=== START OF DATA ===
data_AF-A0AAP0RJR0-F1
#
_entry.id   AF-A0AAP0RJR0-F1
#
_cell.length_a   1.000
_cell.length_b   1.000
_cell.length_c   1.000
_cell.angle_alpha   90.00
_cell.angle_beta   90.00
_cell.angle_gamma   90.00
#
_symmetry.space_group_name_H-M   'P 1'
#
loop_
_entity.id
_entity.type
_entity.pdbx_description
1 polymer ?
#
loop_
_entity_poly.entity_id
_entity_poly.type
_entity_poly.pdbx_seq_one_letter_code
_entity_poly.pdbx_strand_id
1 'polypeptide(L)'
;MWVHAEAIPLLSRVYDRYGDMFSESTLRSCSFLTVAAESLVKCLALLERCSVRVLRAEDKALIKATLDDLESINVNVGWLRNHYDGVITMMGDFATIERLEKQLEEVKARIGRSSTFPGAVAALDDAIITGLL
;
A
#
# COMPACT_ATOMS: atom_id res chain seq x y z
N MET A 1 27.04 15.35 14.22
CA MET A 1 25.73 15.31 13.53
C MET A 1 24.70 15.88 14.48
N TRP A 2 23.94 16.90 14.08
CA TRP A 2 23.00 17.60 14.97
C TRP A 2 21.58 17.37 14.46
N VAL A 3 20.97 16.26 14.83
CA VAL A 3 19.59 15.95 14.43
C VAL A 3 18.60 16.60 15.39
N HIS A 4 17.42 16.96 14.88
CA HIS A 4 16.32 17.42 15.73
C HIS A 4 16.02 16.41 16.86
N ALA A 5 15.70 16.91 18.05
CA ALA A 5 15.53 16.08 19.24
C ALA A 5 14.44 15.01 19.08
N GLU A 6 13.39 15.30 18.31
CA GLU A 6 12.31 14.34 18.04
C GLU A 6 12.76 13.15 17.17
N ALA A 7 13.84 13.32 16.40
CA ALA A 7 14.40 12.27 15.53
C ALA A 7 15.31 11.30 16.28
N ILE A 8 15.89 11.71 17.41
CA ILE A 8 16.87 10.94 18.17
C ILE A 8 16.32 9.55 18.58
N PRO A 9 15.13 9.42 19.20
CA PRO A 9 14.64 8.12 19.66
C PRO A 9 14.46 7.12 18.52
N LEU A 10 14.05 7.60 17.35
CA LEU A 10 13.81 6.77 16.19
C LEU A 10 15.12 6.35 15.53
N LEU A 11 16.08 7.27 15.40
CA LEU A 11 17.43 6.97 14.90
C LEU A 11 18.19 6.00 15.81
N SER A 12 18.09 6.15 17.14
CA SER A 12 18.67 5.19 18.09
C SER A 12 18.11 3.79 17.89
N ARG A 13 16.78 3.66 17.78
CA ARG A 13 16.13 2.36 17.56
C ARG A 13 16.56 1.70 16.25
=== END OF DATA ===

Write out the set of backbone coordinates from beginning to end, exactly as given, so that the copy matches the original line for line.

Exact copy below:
data_AF-A0AAP0RJR0-F1
#
_entry.id   AF-A0AAP0RJR0-F1
#
_cell.length_a   1.000
_cell.length_b   1.000
_cell.length_c   1.000
_cell.angle_alpha   90.00
_cell.angle_beta   90.00
_cell.angle_gamma   90.00
#
_symmetry.space_group_name_H-M   'P 1'
#
loop_
_entity.id
_entity.type
_entity.pdbx_description
1 polymer ?
#
loop_
_entity_poly.entity_id
_entity_poly.type
_entity_poly.pdbx_seq_one_letter_code
_entity_poly.pdbx_strand_id
1 'polypeptide(L)'
;MWVHAEAIPLLSRVYDRYGDMFSESTLRSCSFLTVAAESLVKCLALLERCSVRVLRAEDKALIKATLDDLESINVNVGWLRNHYDGVITMMGDFATIERLEKQLEEVKARIGRSSTFPGAVAALDDAIITGLL
;
A
#
# COMPACT_ATOMS: atom_id res chain seq x y z
N MET A 1 27.04 15.35 14.22
CA MET A 1 25.73 15.31 13.53
C MET A 1 24.70 15.88 14.48
N TRP A 2 23.94 16.90 14.08
CA TRP A 2 23.00 17.60 14.97
C TRP A 2 21.58 17.37 14.46
N VAL A 3 20.97 16.26 14.83
CA VAL A 3 19.59 15.95 14.43
C VAL A 3 18.60 16.60 15.39
N HIS A 4 17.42 16.96 14.88
CA HIS A 4 16.32 17.42 15.73
C HIS A 4 16.02 16.41 16.86
N ALA A 5 15.70 16.91 18.05
CA ALA A 5 15.53 16.08 19.24
C ALA A 5 14.44 15.01 19.08
N GLU A 6 13.39 15.30 18.31
CA GLU A 6 12.31 14.34 18.04
C GLU A 6 12.76 13.15 17.17
N ALA A 7 13.84 13.32 16.40
CA ALA A 7 14.40 12.27 15.53
C ALA A 7 15.31 11.30 16.28
N ILE A 8 15.89 11.71 17.41
CA ILE A 8 16.87 10.94 18.17
C ILE A 8 16.32 9.55 18.58
N PRO A 9 15.13 9.42 19.20
CA PRO A 9 14.64 8.12 19.66
C PRO A 9 14.46 7.12 18.52
N LEU A 10 14.05 7.60 17.35
CA LEU A 10 13.81 6.77 16.19
C LEU A 10 15.12 6.35 15.53
N LEU A 11 16.08 7.27 15.40
CA LEU A 11 17.43 6.97 14.90
C LEU A 11 18.19 6.00 15.81
N SER A 12 18.09 6.15 17.14
CA SER A 12 18.67 5.19 18.09
C SER A 12 18.11 3.79 17.89
N ARG A 13 16.78 3.66 17.78
CA ARG A 13 16.13 2.36 17.56
C ARG A 13 16.56 1.70 16.25